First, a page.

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Home > Article Categories > Personal Injury > Intellectual Property Abuse: Are People Abussing IP Law?

Intellectual Property Abuse: Are People Abussing IP Law?

In 1623 the very first patent law was enacted. It was not until 1710 when the Statute of Anne, the precursor of modern copyright, was written. Those documents were quite limited in scope and they were restricted to only a few types of information.

Intellectual property as a concept is quite modern; it was not until recently that a broader interpretation of IP came across. Within the last few years the concept of Intellectual Property has grown in popularity, mainly in the United States; since then they have been struggling with nations from the rest of the world to comply with their IP agenda.

Many myths have surrounded the struggles between groups that are in favor or against IP. The most important myth, and the one that most IP supporters hold is that intellectual property is necessary to create incentives for the production of original works. Affirming this is stating that creativity is dependant on monopolies, which is not entirely true.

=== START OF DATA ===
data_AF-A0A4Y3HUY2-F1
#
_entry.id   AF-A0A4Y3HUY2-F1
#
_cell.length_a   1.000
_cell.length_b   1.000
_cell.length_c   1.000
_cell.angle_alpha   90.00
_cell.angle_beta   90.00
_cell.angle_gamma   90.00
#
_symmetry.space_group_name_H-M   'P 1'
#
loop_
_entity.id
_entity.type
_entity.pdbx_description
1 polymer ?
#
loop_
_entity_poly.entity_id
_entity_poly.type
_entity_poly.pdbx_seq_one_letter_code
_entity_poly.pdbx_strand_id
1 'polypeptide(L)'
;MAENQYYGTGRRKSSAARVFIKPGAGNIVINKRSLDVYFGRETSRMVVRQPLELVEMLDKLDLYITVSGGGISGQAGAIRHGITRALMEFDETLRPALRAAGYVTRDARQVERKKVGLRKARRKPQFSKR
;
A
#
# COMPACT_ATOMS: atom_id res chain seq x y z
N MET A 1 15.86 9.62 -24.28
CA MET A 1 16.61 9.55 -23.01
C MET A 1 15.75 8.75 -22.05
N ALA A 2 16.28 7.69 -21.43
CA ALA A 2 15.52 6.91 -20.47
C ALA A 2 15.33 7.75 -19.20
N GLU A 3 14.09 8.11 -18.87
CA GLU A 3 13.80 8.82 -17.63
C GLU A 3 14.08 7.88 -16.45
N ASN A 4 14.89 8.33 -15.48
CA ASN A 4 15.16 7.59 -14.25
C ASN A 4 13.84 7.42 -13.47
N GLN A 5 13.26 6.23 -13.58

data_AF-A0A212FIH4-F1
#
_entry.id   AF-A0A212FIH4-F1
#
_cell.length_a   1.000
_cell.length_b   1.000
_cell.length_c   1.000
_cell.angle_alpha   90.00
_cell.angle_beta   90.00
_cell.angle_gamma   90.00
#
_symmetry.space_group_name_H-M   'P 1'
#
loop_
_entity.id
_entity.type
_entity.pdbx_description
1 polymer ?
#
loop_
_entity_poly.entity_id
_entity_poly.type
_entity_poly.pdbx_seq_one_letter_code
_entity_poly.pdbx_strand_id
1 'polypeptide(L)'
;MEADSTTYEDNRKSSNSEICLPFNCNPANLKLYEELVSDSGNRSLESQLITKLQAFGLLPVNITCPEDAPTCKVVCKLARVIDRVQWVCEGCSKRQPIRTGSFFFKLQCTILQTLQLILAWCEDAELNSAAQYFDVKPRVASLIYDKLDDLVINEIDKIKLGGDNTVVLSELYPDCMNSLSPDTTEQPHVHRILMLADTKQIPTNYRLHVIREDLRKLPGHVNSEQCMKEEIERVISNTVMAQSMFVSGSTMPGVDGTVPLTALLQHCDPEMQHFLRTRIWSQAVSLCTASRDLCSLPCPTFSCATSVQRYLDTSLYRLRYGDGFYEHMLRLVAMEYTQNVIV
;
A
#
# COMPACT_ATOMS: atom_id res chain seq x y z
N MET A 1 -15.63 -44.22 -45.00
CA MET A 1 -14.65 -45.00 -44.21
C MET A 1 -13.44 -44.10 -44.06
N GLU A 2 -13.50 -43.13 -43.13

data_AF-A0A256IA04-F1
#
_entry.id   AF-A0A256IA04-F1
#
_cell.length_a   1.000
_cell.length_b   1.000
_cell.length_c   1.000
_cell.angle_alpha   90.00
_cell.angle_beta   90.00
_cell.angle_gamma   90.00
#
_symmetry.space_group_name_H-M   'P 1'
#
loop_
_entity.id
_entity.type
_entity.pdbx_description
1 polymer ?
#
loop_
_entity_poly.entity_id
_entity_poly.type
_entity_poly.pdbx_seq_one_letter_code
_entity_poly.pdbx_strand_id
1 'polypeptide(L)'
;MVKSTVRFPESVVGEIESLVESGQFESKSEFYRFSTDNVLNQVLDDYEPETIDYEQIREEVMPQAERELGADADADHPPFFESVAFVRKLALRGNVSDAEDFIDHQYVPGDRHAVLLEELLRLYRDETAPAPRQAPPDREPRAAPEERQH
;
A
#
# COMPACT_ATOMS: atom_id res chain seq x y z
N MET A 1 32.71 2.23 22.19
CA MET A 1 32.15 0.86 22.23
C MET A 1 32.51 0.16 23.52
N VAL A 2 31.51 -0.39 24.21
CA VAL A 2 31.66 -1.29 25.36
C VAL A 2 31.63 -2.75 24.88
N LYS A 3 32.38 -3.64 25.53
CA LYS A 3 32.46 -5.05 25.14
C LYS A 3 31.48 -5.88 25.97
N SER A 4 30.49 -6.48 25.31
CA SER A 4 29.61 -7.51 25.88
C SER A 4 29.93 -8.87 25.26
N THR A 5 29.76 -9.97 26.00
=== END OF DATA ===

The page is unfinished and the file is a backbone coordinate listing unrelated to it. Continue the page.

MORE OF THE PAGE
Even though many inventors, musicians and artists feel motivated by the fact that their work is finally protected by exclusivity rights there have been cases in which monopoly would not have helped. Take the example of the software industry. Their major development happened while there were no limitations of intellectual property; the industry ended up being one of the most creative, flourishing and promising areas in the modern world. Now it has become another basic in human life. Most software programmers rely on technological tools designed by someone else in order to have their programs running safely and efficiently.

With the introduction of the patent law into the area of computers, individual programmers fear that large technological corporations may start claiming ?ownerships? over certain techniques.

There are still many issues concerning intellectual property. What can be done by now is to use common sense in terms of legal battles and lawsuits. Even though the law will protect your position it will be good that you give it a second thought before making a legal suit.

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Steven J. Williams, P.C.
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